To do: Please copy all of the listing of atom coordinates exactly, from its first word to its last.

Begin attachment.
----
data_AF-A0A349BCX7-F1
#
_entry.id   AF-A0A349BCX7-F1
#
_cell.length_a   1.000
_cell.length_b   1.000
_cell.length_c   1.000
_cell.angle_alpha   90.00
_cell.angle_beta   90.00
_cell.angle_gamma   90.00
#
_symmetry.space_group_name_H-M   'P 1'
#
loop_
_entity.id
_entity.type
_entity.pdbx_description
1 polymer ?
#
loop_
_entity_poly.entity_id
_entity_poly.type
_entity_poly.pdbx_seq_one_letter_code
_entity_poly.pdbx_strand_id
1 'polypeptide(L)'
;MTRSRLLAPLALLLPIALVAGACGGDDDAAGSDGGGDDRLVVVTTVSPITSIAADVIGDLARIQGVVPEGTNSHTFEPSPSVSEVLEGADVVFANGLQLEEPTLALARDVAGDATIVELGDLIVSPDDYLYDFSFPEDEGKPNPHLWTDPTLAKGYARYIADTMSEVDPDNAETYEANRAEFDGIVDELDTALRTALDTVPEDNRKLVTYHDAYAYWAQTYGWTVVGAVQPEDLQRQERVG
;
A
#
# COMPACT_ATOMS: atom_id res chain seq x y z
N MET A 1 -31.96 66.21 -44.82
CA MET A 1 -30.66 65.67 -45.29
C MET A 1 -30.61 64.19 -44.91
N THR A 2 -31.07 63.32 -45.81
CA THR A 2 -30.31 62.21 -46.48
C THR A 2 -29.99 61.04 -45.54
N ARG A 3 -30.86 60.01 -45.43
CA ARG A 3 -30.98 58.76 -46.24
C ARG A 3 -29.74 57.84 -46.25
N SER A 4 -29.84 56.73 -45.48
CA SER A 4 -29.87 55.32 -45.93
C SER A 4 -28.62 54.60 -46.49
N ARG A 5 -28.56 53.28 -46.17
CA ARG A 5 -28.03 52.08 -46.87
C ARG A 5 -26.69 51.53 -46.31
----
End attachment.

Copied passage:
data_AF-A0A349BCX7-F1
#
_entry.id   AF-A0A349BCX7-F1
#
_cell.length_a   1.000
_cell.length_b   1.000
_cell.length_c   1.000
_cell.angle_alpha   90.00
_cell.angle_beta   90.00
_cell.angle_gamma   90.00
#
_symmetry.space_group_name_H-M   'P 1'
#
loop_
_entity.id
_entity.type
_entity.pdbx_description
1 polymer ?
#
loop_
_entity_poly.entity_id
_entity_poly.type
_entity_poly.pdbx_seq_one_letter_code
_entity_poly.pdbx_strand_id
1 'polypeptide(L)'
;MTRSRLLAPLALLLPIALVAGACGGDDDAAGSDGGGDDRLVVVTTVSPITSIAADVIGDLARIQGVVPEGTNSHTFEPSPSVSEVLEGADVVFANGLQLEEPTLALARDVAGDATIVELGDLIVSPDDYLYDFSFPEDEGKPNPHLWTDPTLAKGYARYIADTMSEVDPDNAETYEANRAEFDGIVDELDTALRTALDTVPEDNRKLVTYHDAYAYWAQTYGWTVVGAVQPEDLQRQERVG
;
A
#
# COMPACT_ATOMS: atom_id res chain seq x y z
N MET A 1 -31.96 66.21 -44.82
CA MET A 1 -30.66 65.67 -45.29
C MET A 1 -30.61 64.19 -44.91
N THR A 2 -31.07 63.32 -45.81
CA THR A 2 -30.31 62.21 -46.48
C THR A 2 -29.99 61.04 -45.54
N ARG A 3 -30.86 60.01 -45.43
CA ARG A 3 -30.98 58.76 -46.24
C ARG A 3 -29.74 57.84 -46.25
N SER A 4 -29.84 56.73 -45.48
CA SER A 4 -29.87 55.32 -45.93
C SER A 4 -28.62 54.60 -46.49
N ARG A 5 -28.56 53.28 -46.17
CA ARG A 5 -28.03 52.08 -46.87
C ARG A 5 -26.69 51.53 -46.31